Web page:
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Friday, January 30, 2009

Social Brain

I've been looking for a term that defines - Crowdsourcing in the Small

What do you think about calling the network it's the

Social Brain

and then we can talk about

Social Brain Building
Social Brain Access

I'm liking this. Thoughts?


csessums said...

Social brain works. For researchers like myself, the term has a richer set of connotations that could be misleading. On Twitter John Hodgeman likes to use Hive Mind which we have all come across before, and it too seems appropriate. When I think of a brain I think of the physical, corporeal object (i.e., grey matter). When I think of the mind, I think of what happens as a result of brain processes, if that makes sense. Social Mind? I guess all three terms are better than Group Think, no?

Tony Karrer said...

I get what you are saying Brian vs. Mind. In some ways social networks act more like Brain than Mind - don't have intelligence on their own.

The other thing is that there's some writing, even a book talking about Social Mind - and they mean something quite different.

Hive sounds much more coordinated to me. But maybe not a bad way to go.

Zoe said...

I don't think 'brain' is what you want, specifically because individual brains are finite systems. (I mean finite in the formal sense - a brain is a physical object, it has physical limits.)

As a side issue: the word 'maven' - highly knowledgeable person - should have much higher usage. Care to champion it?

V Yonkers said...

What you are describing is a lot more than the "knowledge to access information from the network." It also is an understanding of the political nature of the network, how to motivate the network to access the information, and understanding of how knowledge is produced within a given network, then transferred through the network, and finally expressed.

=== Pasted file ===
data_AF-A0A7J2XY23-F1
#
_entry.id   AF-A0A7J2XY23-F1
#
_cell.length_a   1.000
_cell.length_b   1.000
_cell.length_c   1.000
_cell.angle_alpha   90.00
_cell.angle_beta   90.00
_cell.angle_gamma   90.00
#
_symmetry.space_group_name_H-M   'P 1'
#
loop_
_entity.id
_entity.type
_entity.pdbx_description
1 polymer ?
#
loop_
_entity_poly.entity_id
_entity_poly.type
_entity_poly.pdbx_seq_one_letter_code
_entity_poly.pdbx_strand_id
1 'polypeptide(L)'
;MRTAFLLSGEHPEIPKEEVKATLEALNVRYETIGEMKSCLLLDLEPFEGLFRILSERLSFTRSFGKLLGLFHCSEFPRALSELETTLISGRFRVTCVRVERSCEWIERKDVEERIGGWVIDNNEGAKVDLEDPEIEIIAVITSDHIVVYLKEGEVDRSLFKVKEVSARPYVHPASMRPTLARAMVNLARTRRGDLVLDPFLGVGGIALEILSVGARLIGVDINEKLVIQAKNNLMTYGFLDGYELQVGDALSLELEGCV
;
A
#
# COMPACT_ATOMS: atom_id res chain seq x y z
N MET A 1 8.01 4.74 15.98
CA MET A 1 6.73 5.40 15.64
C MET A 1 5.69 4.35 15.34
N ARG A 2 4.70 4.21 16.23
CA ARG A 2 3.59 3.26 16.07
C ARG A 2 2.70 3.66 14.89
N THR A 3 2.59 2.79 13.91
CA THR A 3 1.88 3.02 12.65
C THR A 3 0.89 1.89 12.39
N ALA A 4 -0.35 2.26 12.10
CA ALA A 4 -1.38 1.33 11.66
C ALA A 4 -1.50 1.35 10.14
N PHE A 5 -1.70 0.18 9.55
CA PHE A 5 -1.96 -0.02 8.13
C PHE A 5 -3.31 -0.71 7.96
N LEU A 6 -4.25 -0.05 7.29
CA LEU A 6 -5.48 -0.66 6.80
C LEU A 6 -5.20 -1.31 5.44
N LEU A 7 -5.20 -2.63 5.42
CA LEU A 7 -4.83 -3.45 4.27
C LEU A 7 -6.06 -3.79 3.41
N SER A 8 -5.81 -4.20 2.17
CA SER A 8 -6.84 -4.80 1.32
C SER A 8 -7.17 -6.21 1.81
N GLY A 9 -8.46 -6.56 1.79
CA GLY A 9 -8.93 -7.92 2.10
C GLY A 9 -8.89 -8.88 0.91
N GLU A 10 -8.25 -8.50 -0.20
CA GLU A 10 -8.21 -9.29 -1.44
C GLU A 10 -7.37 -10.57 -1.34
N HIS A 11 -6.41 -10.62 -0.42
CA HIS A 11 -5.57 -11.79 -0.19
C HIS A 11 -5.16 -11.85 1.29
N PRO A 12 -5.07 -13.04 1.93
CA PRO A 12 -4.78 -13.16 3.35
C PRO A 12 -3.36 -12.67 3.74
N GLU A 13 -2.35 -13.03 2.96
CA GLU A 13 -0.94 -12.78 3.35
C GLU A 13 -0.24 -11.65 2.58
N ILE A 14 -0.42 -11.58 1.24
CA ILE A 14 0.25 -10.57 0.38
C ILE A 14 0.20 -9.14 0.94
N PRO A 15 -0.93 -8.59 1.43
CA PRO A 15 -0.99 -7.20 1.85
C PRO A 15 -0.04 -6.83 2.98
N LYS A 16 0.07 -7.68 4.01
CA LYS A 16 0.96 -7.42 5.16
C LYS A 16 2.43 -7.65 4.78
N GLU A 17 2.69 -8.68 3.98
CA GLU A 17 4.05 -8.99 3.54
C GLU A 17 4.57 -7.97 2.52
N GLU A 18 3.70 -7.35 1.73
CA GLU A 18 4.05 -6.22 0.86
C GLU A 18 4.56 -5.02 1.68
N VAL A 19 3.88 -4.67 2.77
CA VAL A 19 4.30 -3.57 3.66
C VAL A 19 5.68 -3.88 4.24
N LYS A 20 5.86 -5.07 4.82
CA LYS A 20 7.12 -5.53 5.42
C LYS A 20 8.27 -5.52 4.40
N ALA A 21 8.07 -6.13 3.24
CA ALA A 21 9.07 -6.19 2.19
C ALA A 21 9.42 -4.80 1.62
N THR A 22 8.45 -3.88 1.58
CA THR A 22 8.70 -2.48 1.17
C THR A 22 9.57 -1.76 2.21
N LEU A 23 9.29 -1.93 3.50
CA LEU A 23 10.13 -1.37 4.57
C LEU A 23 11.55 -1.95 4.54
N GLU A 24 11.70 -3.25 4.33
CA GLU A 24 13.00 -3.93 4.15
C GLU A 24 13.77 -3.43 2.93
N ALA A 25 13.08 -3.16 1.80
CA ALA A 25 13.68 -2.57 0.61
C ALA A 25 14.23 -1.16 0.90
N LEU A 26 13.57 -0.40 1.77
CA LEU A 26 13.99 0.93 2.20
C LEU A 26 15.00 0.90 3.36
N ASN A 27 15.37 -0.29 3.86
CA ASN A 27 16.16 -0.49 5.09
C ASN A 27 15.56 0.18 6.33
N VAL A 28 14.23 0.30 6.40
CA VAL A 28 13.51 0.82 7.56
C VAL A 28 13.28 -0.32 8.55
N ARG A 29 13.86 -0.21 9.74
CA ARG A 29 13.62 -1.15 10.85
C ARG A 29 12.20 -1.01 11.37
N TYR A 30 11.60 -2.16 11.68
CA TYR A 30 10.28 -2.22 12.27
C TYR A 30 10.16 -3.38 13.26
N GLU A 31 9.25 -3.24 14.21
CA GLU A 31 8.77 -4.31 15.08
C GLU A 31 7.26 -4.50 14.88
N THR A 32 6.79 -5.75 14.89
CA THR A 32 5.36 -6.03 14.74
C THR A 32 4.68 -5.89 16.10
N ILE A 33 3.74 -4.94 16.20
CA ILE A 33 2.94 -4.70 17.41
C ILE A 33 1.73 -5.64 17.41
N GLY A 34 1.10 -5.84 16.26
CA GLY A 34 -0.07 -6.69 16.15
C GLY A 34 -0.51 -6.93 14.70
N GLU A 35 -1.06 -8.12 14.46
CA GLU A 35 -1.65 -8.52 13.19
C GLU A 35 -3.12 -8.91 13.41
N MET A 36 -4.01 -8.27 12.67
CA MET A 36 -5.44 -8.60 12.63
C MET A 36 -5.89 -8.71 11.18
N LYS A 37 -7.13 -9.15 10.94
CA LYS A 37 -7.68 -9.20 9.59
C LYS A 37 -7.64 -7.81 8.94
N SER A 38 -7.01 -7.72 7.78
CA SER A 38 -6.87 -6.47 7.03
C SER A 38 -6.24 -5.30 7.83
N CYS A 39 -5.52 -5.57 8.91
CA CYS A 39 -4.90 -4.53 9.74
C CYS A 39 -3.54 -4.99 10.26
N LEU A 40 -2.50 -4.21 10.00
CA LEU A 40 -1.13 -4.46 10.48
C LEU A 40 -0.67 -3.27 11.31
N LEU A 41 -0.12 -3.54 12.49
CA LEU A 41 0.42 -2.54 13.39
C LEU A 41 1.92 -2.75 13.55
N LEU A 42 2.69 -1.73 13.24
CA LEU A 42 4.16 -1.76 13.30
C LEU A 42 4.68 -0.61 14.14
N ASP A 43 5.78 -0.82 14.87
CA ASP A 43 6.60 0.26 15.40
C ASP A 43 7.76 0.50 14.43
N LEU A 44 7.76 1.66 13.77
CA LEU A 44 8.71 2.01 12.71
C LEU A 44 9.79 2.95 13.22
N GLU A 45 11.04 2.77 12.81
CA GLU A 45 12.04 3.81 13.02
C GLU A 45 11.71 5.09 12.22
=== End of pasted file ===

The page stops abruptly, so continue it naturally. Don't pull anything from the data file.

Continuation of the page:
I have seen many comments in the past from new bloggers (or even those that have blogged for a while) asking how they can extend their readership. Understanding who has influence within a network is really important, because someone who is linked on your blog, for example, when get a much greater influx of new readers, than someone linked on my blog. If you pose a question to your network, you will probably get a response because you are a hub within your network. However, someone new to the network or without power within the network (expert, referent, reward, punishment, or coercion) will most likely be ignored.

Personally, I think this person was very effective my e-mailing someone with power within the network, because he could get his answer more easily through contacting you. I think this represents more the understanding of interactively and interdependence of a hive (with the queen holding the power, but worker bees playing an important role to the health of the hive through their knowledge of what is going on outside of the hive).

To me, social brain does not represent the interdependence or interactivity that accessing the network requires. If you don't like the hive, how about the network's social grid (like the energy grid used for the distribution of electricity to ensure there isn't shortages or excess supply)? This implies some level of management of social connections at the individual, group, or network level.

Tony Karrer said...

Virginia - this is great stuff. I'm using some of your comment right now!